Steve Lopez’s The Soloist

I just saw Miracle at St. Anna and I’m already searching for the next book turned movie release. So what did I find? Steve Lopez’s The Soloist. Learn more:

The Soloist: A Lost Dream, an Unlikely Friendship, and the Redemptive Power of Music by Steve Lopez

When Steve Lopez saw Nathaniel Ayers playing his heart out on a two-string violin on Los Angeles’ skid row, he found it impossible to walk away. More than thirty years earlier, Ayers had been a promising classical bass student at Juilliard—ambitious, charming, and also one of the few African-Americans—until he gradually lost his ability to function, overcome by schizophrenia. When Lopez finds him, Ayers is homeless, paranoid, and deeply troubled, but glimmers of that brilliance are still there. Over time, Steve Lopez and Nathaniel Ayers form a bond, and Lopez imagines that he might be able to change Ayers’s life. Lopez collects donated violins, a cello, even a stand-up bass and a piano; he takes Ayers to Walt Disney Concert Hall and helps him move indoors. For each triumph, there is a crashing disappointment, yet neither man gives up. In the process of trying to save Ayers, Lopez finds that his own life is changing, and his sense of what one man can accomplish in the lives of others begins to expand in new ways. Poignant and ultimately hopeful, The Soloist is a beautifully told story of friendship and the redeeming power of music.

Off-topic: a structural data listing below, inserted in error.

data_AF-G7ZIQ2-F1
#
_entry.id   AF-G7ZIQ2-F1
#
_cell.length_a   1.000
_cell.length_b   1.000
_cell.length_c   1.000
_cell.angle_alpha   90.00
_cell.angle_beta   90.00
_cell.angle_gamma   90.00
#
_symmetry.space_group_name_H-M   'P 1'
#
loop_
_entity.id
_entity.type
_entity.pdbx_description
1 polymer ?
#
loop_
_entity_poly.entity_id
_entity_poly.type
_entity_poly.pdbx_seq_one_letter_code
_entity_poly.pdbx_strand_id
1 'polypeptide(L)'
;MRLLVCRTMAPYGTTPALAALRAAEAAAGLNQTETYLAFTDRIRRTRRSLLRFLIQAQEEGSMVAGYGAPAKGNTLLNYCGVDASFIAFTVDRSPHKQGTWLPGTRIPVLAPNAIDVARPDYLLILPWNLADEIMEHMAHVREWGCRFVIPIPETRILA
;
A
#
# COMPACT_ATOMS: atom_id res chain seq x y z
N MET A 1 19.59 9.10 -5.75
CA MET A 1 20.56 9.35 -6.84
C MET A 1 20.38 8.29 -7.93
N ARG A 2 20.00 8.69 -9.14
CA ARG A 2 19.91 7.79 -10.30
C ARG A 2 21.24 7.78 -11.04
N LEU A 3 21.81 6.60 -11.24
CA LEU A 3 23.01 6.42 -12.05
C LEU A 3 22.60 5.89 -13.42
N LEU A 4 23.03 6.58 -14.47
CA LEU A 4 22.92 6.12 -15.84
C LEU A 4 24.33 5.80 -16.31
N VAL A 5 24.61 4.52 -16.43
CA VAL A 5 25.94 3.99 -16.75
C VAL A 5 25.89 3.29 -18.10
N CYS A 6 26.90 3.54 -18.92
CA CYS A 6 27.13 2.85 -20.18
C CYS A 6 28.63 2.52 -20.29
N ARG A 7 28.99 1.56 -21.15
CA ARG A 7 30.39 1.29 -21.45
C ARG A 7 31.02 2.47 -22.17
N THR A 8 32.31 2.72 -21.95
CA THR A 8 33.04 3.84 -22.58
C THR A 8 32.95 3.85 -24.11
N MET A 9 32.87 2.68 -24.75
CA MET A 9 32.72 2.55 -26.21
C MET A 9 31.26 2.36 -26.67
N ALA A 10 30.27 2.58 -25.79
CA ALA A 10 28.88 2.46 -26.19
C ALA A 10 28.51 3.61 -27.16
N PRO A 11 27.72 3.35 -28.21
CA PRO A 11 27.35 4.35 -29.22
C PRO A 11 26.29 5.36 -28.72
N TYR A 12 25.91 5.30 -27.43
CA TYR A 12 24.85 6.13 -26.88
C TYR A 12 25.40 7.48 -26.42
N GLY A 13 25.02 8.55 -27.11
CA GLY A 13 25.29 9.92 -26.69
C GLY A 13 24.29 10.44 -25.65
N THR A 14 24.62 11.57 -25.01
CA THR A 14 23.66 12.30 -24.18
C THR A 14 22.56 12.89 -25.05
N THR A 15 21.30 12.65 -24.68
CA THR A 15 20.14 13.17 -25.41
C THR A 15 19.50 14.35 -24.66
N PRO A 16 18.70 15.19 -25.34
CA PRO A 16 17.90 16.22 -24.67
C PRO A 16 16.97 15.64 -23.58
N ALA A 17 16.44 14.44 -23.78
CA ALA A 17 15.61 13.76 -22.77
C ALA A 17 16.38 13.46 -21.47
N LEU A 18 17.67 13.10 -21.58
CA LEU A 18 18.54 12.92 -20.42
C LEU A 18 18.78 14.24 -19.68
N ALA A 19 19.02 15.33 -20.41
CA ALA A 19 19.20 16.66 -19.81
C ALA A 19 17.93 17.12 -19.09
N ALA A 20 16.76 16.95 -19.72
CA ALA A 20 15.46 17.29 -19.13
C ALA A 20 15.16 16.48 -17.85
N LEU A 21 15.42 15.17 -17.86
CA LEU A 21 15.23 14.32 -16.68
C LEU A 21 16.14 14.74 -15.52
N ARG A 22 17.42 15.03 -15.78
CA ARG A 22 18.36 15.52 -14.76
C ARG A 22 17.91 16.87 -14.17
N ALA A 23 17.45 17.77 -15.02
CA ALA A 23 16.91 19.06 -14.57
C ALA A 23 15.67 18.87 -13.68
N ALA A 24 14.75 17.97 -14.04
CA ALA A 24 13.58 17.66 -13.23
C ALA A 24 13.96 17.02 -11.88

Happy reading, ya’ll.


4 thoughts on “Steve Lopez’s The Soloist

  1. speaking of books-turned-into-film, did you ever see/read “the namesake.” the movie is wonderful! i’ve read jhumpa lahiri’s stort story collection “interpreter of maladies” (which was awesome), but I haven’t gotten around to reading “the namesake.”


  2. I haven’t read any of Lahiri’s books, but I loved the Namesack film and own the DVD! Will definitely check out her book of short stories. As a matter of fact, I’m looking to improve my current short story collection of books.


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